Among academics and mental health professionals, there is a widespread belief that hypnosis has the power to retrieve lost memories. In 1980, Elizabeth and Geoffrey Loftus found that 84% of psychologists and 69% of non-psychologists endorsed the statement that “memory is permanently stored in the mind” and that “with hypnosis, or other specialized techniques, these inaccessible details could eventually be recovered.” The idea of whether people can truly forget traumatic memories has been debated for years. Early psychologists and psychiatrists such as Sigmund Freud, Joseph Breuer, and Pierre Janet also endorsed the memory-enhancing powers of hypnosis. In addition, belief in the power of hypnosis has spilled over into the mainstream with the help of TV shows, movies, and books. However, experts in general agree that “hypnosis either has no effect on memory or that it can impair and distort recall.” While people can certainly remember events they haven’t thought about for years, the issue at question is whether a special mechanism of repression exists that accounts for the forgetting of traumatic experiences. While there are many reports of people who seem to have recovered memories of abuse through hypnosis, David Holmes reviewed 60 years of research and found no convincing laboratory evidence for repression. In his book, Remembering Trauma, psychologist Richard McNally concludes that repressed memories are “a piece of psychiatric folklore devoid of convincing empirical support.” In addition, McNally gives an alternate explanation for the recovery of repressed memories: “Children may be more confused than upset by sexual advances from a relative, yet years later recall the event with revulsion as they realize that it was, in fact, an instance of abuse.” People sometimes forget significant life events, such as accidents and hospitalizations, even a year after they occur; therefore, a delay in the recall of events isn’t unusual. While hypnosis may not be the magic potion that uncovers traumatic memories, not all uses of hypnosis are scientifically problematic. Controlled research evidence suggests that hypnosis may be useful in pain management, treating medical conditions, eliminating habits such as smoking addiction, and as therapy for anxiety, obesity, and other conditions. Memories recalled even decades later aren’t necessarily false; however, it shouldn’t be assumed that recovered memories are valid unless corroborating evidence exists. What do you think? Is hypnosis the real deal? PAR wants to hear from you, so leave a comment and join the conversation!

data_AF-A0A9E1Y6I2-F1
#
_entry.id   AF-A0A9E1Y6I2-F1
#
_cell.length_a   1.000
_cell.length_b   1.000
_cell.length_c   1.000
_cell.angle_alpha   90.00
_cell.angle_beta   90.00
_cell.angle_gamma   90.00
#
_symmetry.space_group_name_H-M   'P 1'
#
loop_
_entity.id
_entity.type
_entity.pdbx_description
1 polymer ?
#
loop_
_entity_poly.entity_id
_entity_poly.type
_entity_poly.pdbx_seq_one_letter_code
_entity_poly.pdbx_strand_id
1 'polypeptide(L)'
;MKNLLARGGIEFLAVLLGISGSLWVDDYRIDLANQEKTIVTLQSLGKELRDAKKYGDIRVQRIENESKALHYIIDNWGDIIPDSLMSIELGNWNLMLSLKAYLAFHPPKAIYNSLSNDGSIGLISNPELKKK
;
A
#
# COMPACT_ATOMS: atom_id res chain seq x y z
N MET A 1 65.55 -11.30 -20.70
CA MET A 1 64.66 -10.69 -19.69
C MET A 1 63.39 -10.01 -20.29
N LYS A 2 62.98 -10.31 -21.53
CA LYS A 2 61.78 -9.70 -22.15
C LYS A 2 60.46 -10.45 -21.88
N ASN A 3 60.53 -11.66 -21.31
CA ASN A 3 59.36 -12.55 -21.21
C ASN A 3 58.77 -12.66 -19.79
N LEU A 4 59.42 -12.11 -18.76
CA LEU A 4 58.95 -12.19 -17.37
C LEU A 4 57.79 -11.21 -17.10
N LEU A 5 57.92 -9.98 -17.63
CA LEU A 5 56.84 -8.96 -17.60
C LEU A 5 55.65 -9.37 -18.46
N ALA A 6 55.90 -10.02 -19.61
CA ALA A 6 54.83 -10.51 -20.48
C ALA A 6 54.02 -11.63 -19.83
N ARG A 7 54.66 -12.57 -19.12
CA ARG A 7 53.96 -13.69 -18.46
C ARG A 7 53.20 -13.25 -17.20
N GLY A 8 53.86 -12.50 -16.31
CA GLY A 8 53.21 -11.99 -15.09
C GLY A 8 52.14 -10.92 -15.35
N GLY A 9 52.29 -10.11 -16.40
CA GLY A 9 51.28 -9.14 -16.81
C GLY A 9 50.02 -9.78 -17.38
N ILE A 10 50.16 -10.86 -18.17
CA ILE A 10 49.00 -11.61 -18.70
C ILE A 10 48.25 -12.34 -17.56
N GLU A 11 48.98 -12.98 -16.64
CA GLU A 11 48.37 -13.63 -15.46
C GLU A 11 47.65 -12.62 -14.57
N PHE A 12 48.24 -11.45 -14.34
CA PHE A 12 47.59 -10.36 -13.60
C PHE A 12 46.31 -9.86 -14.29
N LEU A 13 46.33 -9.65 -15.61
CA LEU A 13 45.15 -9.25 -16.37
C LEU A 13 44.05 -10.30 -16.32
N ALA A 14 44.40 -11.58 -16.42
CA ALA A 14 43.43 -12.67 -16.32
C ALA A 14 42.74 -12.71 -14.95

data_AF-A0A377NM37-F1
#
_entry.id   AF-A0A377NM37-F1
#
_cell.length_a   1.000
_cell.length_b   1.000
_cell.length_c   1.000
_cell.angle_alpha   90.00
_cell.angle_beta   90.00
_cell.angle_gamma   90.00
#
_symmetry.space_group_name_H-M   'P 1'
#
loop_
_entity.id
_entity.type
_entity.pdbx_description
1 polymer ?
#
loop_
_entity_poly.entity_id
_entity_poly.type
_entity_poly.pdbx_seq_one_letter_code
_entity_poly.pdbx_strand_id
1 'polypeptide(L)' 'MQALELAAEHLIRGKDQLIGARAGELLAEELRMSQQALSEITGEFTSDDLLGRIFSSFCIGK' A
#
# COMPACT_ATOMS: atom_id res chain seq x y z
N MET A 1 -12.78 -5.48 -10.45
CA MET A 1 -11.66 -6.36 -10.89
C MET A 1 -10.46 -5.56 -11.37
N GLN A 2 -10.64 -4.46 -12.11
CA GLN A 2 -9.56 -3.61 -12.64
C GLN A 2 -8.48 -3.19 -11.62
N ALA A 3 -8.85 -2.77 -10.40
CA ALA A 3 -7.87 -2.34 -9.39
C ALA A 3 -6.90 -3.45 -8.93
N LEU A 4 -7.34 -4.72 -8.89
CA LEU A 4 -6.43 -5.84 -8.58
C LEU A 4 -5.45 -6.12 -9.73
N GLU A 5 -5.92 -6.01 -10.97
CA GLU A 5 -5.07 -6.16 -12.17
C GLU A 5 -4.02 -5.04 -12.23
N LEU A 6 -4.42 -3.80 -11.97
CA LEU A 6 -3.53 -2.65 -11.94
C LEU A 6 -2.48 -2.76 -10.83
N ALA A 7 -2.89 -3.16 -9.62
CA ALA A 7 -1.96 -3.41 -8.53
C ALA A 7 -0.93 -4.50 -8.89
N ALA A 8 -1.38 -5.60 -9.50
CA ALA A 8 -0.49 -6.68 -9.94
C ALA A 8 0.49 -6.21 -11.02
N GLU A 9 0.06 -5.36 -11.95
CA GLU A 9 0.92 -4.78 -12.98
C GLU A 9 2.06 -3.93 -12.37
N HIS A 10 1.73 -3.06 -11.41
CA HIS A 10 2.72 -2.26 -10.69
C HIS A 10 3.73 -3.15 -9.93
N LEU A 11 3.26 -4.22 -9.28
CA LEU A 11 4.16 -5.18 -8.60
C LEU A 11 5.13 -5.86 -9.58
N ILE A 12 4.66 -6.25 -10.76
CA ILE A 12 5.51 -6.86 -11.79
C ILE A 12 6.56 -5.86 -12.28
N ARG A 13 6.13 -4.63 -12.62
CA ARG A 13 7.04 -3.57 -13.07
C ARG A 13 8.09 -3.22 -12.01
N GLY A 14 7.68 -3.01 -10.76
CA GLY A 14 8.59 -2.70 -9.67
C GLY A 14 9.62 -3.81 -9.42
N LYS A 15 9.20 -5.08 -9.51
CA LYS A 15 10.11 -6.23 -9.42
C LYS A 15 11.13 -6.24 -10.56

SDS_HBThe Handbook for Using the Self-Directed Search®: Integrating RIASEC and CIP Theories in Practice by Robert C. Reardon, PhD, and Janet G. Lenz, PhD, is now available!  A second edition to The Self-Directed Search® and Related Holland Career Materials: A Practitioner’s Guide, this book is designed for professional counselors, psychologists, career development facilitators, career guidance technicians, librarians, social workers, and graduate students learning to be career counselors. It incorporates John Holland’s RIASEC theory with cognitive information processing (CIP) theory and studies four aspects of the career choice process: self-knowledge, options, decision making, and executive processing.  Order your copy today!  
logoPAR is happy to announce the recipient of our second-annual “Pay It Forward” program to benefit worthy charities. “PAR has been incredibly fortunate as a company,” stated R. Bob Smith III, PhD, Chairman and CEO. “Rather than sending our Customers an end-of-year gift, last year, we decided to do something new—we made a charitable contribution on behalf of our Customers to organizations chosen by those we serve. We decided to make it an annual tradition, and continued the program this fall, selecting new charities.” In November, PAR mailed an end-of-year communication to select Customers, thanking them for their business and asking them to choose their favorite organization from a list as a way to acknowledge the important work they do throughout the year. Now that results have been tallied, PAR is proud to announce that on behalf of our Customers, a $5,000 donation will be made to Feeding America. “We are so inspired by the work our Customers do, and Feeding America inspires them,” said Smith. “It is an honor to be able to pay it forward.”
MVP_18We are pleased to announce the release of the Memory Validity Profile™ (MVP) by Elisabeth M.S. Sherman, PhD, and Brian Brooks, PhD. The MVP determines whether an examinee is providing valid test scores and is designed to be used in tandem with other assessments. It is the first and only performance validity test (PVT) designed for and nationally standardized on children, adolescents, and young adults ages 5-21. The MVP is conormed with the Child and Adolescent Memory Profile™ (ChAMP™), which provides comprehensive information about learning and memory and an embedded indicator of validity. Highlights of the MVP
  • It is the first PVT to provide age-adjusted cutoff scores to minimize false positives in younger children.
  • It has no motor requirements and can be administered to youth with motor impairments, visual impairments, developmental delays, and acquired cognitive, academic, or behavioral concerns.
  • It takes less than 10 minutes to administer and score.
  • It’s easy to learn and practical, with just one stimulus book and one record form.
  • It features colorful, engaging stimuli.
Check out the MVP Fact Sheet!